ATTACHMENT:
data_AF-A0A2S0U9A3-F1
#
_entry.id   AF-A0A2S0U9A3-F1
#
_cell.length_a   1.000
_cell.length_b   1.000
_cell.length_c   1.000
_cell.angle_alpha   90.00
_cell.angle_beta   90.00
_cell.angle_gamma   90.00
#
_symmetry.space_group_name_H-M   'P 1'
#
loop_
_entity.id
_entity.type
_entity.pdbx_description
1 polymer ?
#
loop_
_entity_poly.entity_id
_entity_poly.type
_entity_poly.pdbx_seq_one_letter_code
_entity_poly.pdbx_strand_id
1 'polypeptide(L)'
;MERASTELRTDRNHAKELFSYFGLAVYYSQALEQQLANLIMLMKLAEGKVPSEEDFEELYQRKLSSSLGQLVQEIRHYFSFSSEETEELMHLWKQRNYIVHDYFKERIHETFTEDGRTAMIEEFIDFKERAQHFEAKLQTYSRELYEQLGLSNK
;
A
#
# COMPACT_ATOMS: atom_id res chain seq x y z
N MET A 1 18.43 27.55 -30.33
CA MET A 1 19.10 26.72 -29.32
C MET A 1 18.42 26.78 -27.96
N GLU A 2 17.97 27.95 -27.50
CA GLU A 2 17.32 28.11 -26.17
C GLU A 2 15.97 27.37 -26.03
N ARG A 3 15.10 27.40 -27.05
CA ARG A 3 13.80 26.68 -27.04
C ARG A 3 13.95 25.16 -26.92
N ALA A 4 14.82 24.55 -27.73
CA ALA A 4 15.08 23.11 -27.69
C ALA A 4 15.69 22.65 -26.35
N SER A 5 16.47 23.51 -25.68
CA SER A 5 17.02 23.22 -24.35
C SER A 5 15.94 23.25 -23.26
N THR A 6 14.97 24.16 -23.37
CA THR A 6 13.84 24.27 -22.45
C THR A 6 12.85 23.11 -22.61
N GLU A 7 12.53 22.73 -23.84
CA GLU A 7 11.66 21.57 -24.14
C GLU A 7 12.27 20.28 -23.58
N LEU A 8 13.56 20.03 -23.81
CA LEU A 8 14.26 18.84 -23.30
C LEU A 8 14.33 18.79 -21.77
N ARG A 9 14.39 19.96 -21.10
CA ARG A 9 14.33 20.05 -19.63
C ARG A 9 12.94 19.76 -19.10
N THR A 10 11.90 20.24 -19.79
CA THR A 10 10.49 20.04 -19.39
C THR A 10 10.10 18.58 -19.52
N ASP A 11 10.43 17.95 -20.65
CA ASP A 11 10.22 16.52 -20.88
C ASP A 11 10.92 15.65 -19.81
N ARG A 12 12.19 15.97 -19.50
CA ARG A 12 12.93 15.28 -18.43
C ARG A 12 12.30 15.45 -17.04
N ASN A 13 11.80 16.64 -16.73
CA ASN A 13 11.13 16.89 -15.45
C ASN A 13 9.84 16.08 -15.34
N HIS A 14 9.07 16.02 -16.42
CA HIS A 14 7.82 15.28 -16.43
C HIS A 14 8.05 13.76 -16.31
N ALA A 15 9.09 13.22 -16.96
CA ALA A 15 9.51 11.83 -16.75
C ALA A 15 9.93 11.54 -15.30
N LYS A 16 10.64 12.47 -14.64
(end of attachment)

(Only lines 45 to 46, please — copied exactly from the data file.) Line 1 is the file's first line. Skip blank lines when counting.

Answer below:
C SER A 5 15.94 23.25 -23.26
N THR A 6 14.97 24.16 -23.37